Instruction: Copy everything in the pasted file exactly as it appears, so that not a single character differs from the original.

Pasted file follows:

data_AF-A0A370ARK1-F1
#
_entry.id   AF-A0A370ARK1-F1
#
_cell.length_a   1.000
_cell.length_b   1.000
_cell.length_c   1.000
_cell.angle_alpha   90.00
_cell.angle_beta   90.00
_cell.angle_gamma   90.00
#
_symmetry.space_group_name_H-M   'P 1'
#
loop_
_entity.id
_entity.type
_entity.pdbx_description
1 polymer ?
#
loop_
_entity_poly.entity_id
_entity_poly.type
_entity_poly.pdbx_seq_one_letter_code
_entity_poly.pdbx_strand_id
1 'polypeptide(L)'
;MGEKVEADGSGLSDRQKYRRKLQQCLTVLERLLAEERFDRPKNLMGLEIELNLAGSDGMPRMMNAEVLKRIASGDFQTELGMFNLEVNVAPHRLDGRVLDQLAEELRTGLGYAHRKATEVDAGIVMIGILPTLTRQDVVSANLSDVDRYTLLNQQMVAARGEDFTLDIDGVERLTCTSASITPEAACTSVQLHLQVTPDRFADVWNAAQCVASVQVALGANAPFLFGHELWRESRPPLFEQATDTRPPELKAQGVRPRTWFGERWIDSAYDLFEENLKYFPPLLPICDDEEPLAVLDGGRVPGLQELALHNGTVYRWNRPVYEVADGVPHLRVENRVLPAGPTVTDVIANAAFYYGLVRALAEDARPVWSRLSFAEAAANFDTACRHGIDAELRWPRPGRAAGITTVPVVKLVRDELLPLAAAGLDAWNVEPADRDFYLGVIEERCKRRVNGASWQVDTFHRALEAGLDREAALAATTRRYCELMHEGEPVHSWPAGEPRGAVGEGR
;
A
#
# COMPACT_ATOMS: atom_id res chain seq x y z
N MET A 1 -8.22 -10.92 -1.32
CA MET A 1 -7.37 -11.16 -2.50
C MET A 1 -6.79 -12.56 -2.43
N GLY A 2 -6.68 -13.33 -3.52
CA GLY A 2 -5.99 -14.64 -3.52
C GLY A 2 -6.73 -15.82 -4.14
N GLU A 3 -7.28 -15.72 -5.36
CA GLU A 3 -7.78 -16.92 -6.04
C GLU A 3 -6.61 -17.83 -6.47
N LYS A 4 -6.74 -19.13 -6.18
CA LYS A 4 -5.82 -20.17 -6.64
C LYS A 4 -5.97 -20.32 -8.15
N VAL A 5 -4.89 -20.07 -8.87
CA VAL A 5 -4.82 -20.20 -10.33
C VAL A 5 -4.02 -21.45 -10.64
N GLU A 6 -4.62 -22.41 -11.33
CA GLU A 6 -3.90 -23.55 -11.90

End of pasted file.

data_AF-A0A370ARK1-F1
#
_entry.id   AF-A0A370ARK1-F1
#
_cell.length_a   1.000
_cell.length_b   1.000
_cell.length_c   1.000
_cell.angle_alpha   90.00
_cell.angle_beta   90.00
_cell.angle_gamma   90.00
#
_symmetry.space_group_name_H-M   'P 1'
#
loop_
_entity.id
_entity.type
_entity.pdbx_description
1 polymer ?
#
loop_
_entity_poly.entity_id
_entity_poly.type
_entity_poly.pdbx_seq_one_letter_code
_entity_poly.pdbx_strand_id
1 'polypeptide(L)'
;MGEKVEADGSGLSDRQKYRRKLQQCLTVLERLLAEERFDRPKNLMGLEIELNLAGSDGMPRMMNAEVLKRIASGDFQTELGMFNLEVNVAPHRLDGRVLDQLAEELRTGLGYAHRKATEVDAGIVMIGILPTLTRQDVVSANLSDVDRYTLLNQQMVAARGEDFTLDIDGVERLTCTSASITPEAACTSVQLHLQVTPDRFADVWNAAQCVASVQVALGANAPFLFGHELWRESRPPLFEQATDTRPPELKAQGVRPRTWFGERWIDSAYDLFEENLKYFPPLLPICDDEEPLAVLDGGRVPGLQELALHNGTVYRWNRPVYEVADGVPHLRVENRVLPAGPTVTDVIANAAFYYGLVRALAEDARPVWSRLSFAEAAANFDTACRHGIDAELRWPRPGRAAGITTVPVVKLVRDELLPLAAAGLDAWNVEPADRDFYLGVIEERCKRRVNGASWQVDTFHRALEAGLDREAALAATTRRYCELMHEGEPVHSWPAGEPRGAVGEGR
;
A
#
# COMPACT_ATOMS: atom_id res chain seq x y z
N MET A 1 -8.22 -10.92 -1.32
CA MET A 1 -7.37 -11.16 -2.50
C MET A 1 -6.79 -12.56 -2.43
N GLY A 2 -6.68 -13.33 -3.52
CA GLY A 2 -5.99 -14.64 -3.52
C GLY A 2 -6.73 -15.82 -4.14
N GLU A 3 -7.28 -15.72 -5.36
CA GLU A 3 -7.78 -16.92 -6.04
C GLU A 3 -6.61 -17.83 -6.47
N LYS A 4 -6.74 -19.13 -6.18
CA LYS A 4 -5.82 -20.17 -6.64
C LYS A 4 -5.97 -20.32 -8.15
N VAL A 5 -4.89 -20.07 -8.87
CA VAL A 5 -4.82 -20.20 -10.33
C VAL A 5 -4.02 -21.45 -10.64
N GLU A 6 -4.62 -22.41 -11.33
CA GLU A 6 -3.90 -23.55 -11.90